This spot is a take-out counter, not a restaurant, but it still makes this list because it serves some of the best gnocchi in the city. The secret? Its gnocchi is set to cook in a homemade pomodoro sauce until it reaches gooey perfection, to be served in Chinese food takeout boxes and topped with parmesan cheese and red pepper flakes for only $5 a pop. It’s a great place to stop for a quick and filling lunch on Fairmount and Clark.
A busy spot during brunch time, Lawrence is an English-inspired restaurant known for serving meats butchered next door at their butchery that crafts some amazing charcuterie. Every dish is an inventive take on a classic no-frills dish found in the UK. Try their smoked salmon and deviled eggs or their baked eggs with celery root and mushrooms. If you’re looking to get really down to earth, their bubble and squeak (a cabbage and potato-based dish) is an essential part of any English breakfast.
Known for being the first vegan restaurant in the city, Aux Vivres has been serving meat- and dairy-free food to the Mile End since 1997. It’s grown in popularity tremendously since—you’ve probably seen its signature packaged sandwiches and bottled dressings at numerous vendors around the city. While their whole menu is full of filling meat and dairy substitutes, their brunch offerings are particularly notable with huevos rancheros made with tofu scramble or their golden pancakes topped with cashew cream.
This Bring-Your-Own-Wine restaurant will transport you immediately out of Montreal and into a Bedouin camp. Sit on cushioned benches within colourful patterned walls and pick from a number of hearty plates inspired by traditional African flavours. This restaurant is a go-to for groups; it’s size is perfect for parties of 20 to 30, and its round-table bench format bring patrons together over shareable plates.
This Park Avenue gem does Middle Eastern cuisine fantastically. It’s known best for its mezzes; pick three or five dishes from a list of 11 that includes hummus, baba ghanouj and labne. While this is undoubtedly the best route for a vegetarian-heavy crowd, KazaMaza also serves a number of meat dishes like keftas (minced lamb skewers) and mazwats (braised lamb shanks). The fatteh, above everything else, reign supreme here with its layers of baked pita, hummus and meat with a drizzling of pomegranate.
One of the city’s best Greek restaurants is in the Mile End. Located on Park Avenue, this restaurant is on the pricier end, but its seafood dishes are well worth it. While Milos serves delicious plates of lobster and calamari, the one dish critics and loyal patrons alike can’t stop talking about is the Milos special, an ornate pile of fried zucchini slices topped with tzatziki sauce and fried saganaki cheese.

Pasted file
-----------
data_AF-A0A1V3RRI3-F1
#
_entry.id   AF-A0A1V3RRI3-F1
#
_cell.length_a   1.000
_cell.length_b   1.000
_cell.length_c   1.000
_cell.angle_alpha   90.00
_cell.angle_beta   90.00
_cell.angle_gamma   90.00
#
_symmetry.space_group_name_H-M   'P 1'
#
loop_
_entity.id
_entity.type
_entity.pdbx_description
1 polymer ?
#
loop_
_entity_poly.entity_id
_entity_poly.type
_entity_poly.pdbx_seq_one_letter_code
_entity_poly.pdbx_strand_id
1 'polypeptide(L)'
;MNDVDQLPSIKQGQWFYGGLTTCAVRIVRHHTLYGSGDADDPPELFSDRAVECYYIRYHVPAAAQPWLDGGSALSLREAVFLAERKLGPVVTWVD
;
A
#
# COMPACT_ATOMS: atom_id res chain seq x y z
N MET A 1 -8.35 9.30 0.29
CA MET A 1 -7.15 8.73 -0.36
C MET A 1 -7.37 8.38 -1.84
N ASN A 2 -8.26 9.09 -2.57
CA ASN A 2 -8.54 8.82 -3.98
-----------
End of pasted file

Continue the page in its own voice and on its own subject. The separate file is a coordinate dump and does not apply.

Another noteworthy hub for Greek food on Park Avenue, Mythos Ouzeri is a vibrant spot best visited during the summer when their terrasse is open and there’s space to empty outside after dancing to their live music late into the night. Indulge in any number of melt-in-your-mouth authentic Greek offerings like spanakopita and stuffed vine leaves. This spot is also great for groups, giving parties an option between two different set menus at $52 and $60 per person.
Located among the many trendy boutiques that line Laurier Street West, Bar Henrietta is easily distinguishable by the warm ball-shaped chandeliers that line its perimeter. While this spot is first and foremost a bar that serves an array of well-picked wines and cocktails, it also boasts a bountiful Portuguese-leaning food menu that betrays the size of their kitchens. Expect fresh oysters, squid ink rice, and numerous bright and refreshing salads as well.
This trendy Japanese restaurant on the corner of Fairmount Avenue and St-Laurent Boulevard is highly regarded for its ramen. Its interior is quaint and homey with its wood furnishings and colourful tiled walls, and its service is quick and simple: Ramen orders are taken via little slips of paper and are served within minutes, making this an easy go-to for a quick lunch out.
If you’re one of those people who think that Mexican food isn’t well represented in Montreal, you’re doing yourself a disservice by not coming to this restaurant. Ta Chido’s long been a favourite of locals for dishes both Mexican and Tex-Mex, from heaped bowls of guac with tortilla chips and mole sandwiches to quesadillas and some seriously awesome tacos. Grab yourself a margarita and sit on their street terrasse and enjoy the view.
First and foremost an English-style pub, Bishop & Bagg, located on St-Viateur and Clark streets, is home to a vast menu of brunch, lunch, and dinner items. Try their seared steak or Bagg Burger if you’re feeling famished. Those looking for something a little lighter, fear not: Bishop & Bagg offers several pub snacks to enjoy alongside a pint, like spiced nuts and marinated sausage. Whatever you get, it’ll be a great follow-up to drinking from their extensive gin collection.